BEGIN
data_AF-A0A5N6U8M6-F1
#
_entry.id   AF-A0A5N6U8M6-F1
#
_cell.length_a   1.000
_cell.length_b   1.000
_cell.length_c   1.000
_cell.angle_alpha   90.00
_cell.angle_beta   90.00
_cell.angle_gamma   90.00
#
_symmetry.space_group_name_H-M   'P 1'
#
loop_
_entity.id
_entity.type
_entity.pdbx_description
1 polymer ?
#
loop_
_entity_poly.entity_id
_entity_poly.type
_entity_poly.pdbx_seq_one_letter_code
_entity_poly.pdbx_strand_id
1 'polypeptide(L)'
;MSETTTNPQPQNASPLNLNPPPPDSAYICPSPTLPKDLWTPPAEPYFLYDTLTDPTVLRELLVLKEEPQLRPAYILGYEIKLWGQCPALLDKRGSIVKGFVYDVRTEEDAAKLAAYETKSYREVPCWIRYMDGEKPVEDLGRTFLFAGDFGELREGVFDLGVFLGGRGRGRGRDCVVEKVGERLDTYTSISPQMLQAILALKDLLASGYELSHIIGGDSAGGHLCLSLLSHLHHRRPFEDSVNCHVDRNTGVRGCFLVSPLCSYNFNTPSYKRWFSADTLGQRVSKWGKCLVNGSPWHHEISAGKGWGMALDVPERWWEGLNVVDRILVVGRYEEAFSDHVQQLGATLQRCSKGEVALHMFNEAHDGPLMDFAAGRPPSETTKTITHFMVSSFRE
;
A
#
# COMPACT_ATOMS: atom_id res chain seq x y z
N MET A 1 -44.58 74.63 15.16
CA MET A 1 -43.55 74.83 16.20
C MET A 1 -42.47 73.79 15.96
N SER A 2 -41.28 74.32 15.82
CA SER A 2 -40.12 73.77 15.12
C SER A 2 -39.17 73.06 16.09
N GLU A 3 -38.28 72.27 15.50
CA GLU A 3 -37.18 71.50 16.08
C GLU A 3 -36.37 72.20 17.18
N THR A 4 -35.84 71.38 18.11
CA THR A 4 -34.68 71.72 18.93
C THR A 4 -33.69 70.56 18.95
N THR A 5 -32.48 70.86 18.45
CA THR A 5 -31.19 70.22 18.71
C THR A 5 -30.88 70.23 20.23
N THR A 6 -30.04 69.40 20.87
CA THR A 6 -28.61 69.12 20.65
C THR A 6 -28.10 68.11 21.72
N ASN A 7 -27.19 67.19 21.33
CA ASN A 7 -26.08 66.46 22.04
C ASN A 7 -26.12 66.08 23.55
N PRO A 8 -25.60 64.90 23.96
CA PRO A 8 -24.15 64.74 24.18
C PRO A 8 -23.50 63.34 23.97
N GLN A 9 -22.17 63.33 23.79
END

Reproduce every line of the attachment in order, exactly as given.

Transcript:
data_AF-A0A5N6U8M6-F1
#
_entry.id   AF-A0A5N6U8M6-F1
#
_cell.length_a   1.000
_cell.length_b   1.000
_cell.length_c   1.000
_cell.angle_alpha   90.00
_cell.angle_beta   90.00
_cell.angle_gamma   90.00
#
_symmetry.space_group_name_H-M   'P 1'
#
loop_
_entity.id
_entity.type
_entity.pdbx_description
1 polymer ?
#
loop_
_entity_poly.entity_id
_entity_poly.type
_entity_poly.pdbx_seq_one_letter_code
_entity_poly.pdbx_strand_id
1 'polypeptide(L)'
;MSETTTNPQPQNASPLNLNPPPPDSAYICPSPTLPKDLWTPPAEPYFLYDTLTDPTVLRELLVLKEEPQLRPAYILGYEIKLWGQCPALLDKRGSIVKGFVYDVRTEEDAAKLAAYETKSYREVPCWIRYMDGEKPVEDLGRTFLFAGDFGELREGVFDLGVFLGGRGRGRGRDCVVEKVGERLDTYTSISPQMLQAILALKDLLASGYELSHIIGGDSAGGHLCLSLLSHLHHRRPFEDSVNCHVDRNTGVRGCFLVSPLCSYNFNTPSYKRWFSADTLGQRVSKWGKCLVNGSPWHHEISAGKGWGMALDVPERWWEGLNVVDRILVVGRYEEAFSDHVQQLGATLQRCSKGEVALHMFNEAHDGPLMDFAAGRPPSETTKTITHFMVSSFRE
;
A
#
# COMPACT_ATOMS: atom_id res chain seq x y z
N MET A 1 -44.58 74.63 15.16
CA MET A 1 -43.55 74.83 16.20
C MET A 1 -42.47 73.79 15.96
N SER A 2 -41.28 74.32 15.82
CA SER A 2 -40.12 73.77 15.12
C SER A 2 -39.17 73.06 16.09
N GLU A 3 -38.28 72.27 15.50
CA GLU A 3 -37.18 71.50 16.08
C GLU A 3 -36.37 72.20 17.18
N THR A 4 -35.84 71.38 18.11
CA THR A 4 -34.68 71.72 18.93
C THR A 4 -33.69 70.56 18.95
N THR A 5 -32.48 70.86 18.45
CA THR A 5 -31.19 70.22 18.71
C THR A 5 -30.88 70.23 20.23
N THR A 6 -30.04 69.40 20.87
CA THR A 6 -28.61 69.12 20.65
C THR A 6 -28.10 68.11 21.72
N ASN A 7 -27.19 67.19 21.33
CA ASN A 7 -26.08 66.46 22.04
C ASN A 7 -26.12 66.08 23.55
N PRO A 8 -25.60 64.90 23.96
CA PRO A 8 -24.15 64.74 24.18
C PRO A 8 -23.50 63.34 23.97
N GLN A 9 -22.17 63.33 23.79